Art by Norman E. Masters
from the heart of the man..."
|by Charles Pearson|
The rose-colored flash of happiness pervaded him, and all about was tinted by the torturous strokes of the snake with a paint brush for a tail. And the mother coocoo cried from her perch on the clock, once, twice, thrice, so mournfully alone and sad. In loneliness she departed, murmuring softly to herself and taking shelter in her whirring cage; and the man was saddened.
In the corner a spider intricated a web of wondrousness that silvered and wove of itself. And the spider watched as the strands rewove themselves, and the man smiled at the grandeur of it as the web spelled out PEACE. And the snake with a paint brush for a tail colored the air around the web the blue that was of a robin's egg, or a still, still day when the clouds don't move for fear of upsetting the sky.
The clouds drifted in the window; and the shadow of his mother, rest in peace, waved from its airy perch of coalesced nothingness in a touching sentimental way that drew tears and love from the heart of the man; and the silver threads in the blue of the robin's egg or of a still, still day when the clouds don't move for fear of upsetting the sky shone through the misty clouds and the misty shadow of his mother, rest in peace; and the snake with the paint brush for a tail dripped the color of angel's eyes delicately across the thought. With a twinkling hush away they dissolved, so purely and bell-like that the walls resounded and the picture shook in misery.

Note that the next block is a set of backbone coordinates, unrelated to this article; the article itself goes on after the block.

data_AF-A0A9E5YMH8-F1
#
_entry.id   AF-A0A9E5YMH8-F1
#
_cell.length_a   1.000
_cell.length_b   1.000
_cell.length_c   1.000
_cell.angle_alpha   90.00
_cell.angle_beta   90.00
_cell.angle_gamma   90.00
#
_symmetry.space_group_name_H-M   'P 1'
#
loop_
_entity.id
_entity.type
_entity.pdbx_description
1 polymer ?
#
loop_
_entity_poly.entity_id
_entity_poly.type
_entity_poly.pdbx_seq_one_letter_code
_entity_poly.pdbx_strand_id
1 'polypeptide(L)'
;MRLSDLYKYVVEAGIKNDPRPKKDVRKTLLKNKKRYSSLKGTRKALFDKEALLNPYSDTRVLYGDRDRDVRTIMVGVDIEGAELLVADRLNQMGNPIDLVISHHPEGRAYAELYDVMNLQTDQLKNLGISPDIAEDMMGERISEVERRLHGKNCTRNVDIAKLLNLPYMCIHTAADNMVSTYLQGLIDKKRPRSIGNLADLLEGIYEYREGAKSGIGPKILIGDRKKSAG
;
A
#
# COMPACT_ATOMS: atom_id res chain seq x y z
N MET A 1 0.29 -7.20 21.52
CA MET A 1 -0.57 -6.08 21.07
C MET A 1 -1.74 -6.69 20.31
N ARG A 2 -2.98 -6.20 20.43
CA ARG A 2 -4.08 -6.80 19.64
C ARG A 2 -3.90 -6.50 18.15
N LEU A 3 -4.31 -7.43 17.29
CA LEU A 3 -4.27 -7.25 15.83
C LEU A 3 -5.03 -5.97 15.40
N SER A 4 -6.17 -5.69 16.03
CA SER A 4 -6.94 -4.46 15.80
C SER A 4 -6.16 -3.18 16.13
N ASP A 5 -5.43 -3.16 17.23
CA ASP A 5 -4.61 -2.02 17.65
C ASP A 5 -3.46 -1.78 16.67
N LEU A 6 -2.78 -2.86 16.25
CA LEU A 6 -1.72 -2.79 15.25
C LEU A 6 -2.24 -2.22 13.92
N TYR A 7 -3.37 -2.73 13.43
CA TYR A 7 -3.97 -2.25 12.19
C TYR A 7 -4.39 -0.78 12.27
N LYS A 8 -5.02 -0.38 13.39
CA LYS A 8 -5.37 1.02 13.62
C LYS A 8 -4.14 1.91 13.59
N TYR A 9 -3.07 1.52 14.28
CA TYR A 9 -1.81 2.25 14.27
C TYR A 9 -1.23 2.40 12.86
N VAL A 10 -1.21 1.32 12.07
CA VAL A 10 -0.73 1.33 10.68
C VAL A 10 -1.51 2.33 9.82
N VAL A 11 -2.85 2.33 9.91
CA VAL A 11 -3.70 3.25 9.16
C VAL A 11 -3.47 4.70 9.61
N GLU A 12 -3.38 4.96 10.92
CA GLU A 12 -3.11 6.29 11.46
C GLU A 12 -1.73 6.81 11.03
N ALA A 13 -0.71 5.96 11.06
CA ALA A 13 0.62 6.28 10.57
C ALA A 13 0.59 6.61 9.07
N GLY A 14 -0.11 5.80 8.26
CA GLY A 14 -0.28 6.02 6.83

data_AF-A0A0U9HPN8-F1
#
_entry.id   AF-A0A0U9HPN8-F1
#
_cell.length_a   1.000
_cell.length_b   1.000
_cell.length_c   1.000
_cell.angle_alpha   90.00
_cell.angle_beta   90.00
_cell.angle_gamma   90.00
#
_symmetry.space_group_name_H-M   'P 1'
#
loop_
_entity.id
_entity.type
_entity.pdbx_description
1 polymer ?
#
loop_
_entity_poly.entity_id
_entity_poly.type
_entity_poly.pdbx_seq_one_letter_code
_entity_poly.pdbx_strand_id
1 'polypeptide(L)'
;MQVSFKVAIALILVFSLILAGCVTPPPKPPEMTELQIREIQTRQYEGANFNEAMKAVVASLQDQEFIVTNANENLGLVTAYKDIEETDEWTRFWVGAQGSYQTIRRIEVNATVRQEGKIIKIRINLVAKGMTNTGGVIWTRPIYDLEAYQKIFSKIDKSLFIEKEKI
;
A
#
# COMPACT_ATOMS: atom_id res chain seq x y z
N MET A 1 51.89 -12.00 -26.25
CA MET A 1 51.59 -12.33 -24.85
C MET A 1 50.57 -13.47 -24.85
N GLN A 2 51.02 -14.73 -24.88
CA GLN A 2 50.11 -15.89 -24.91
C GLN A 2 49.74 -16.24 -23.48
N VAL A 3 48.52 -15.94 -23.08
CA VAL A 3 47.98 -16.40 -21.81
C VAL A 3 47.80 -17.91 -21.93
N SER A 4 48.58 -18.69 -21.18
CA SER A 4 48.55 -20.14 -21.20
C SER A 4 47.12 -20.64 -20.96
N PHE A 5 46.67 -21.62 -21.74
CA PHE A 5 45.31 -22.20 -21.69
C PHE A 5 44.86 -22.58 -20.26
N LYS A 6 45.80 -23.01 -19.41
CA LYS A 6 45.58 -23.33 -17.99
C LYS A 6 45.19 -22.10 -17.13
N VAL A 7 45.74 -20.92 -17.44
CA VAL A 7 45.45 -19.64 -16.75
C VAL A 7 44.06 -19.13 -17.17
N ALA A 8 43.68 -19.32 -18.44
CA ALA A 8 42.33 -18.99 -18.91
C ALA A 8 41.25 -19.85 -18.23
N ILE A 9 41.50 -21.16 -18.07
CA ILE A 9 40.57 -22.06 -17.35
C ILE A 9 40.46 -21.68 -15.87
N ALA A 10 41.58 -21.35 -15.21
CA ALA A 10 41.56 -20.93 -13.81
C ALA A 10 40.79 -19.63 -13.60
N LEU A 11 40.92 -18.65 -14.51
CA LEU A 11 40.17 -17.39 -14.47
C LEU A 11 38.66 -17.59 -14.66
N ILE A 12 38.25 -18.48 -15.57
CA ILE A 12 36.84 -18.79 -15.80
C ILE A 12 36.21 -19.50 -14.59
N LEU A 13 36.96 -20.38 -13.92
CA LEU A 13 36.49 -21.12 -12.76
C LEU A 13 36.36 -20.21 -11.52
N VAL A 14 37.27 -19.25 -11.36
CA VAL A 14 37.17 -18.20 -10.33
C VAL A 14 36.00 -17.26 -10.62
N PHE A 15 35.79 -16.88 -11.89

The man earthwormed upon his belly across the couch with the little hairs that felt like a brush of the softest bristles, and gently kissed the eye of the girl-next-door-to-the-girl-next-door-to-the-girl-next-door-to-the... But the paint brush whose handle was really a snake painted her dead, and the-girl-next-door-to-the-girl-next-door-to-the-girl-next-to-the... ashed and in withered piled a heap.
And the man cried because he knew the dream from the flower seed had ended and he must return to unreality.
[pp. 5 - 6, NO-EYED MONSTER #11, Spring 1967]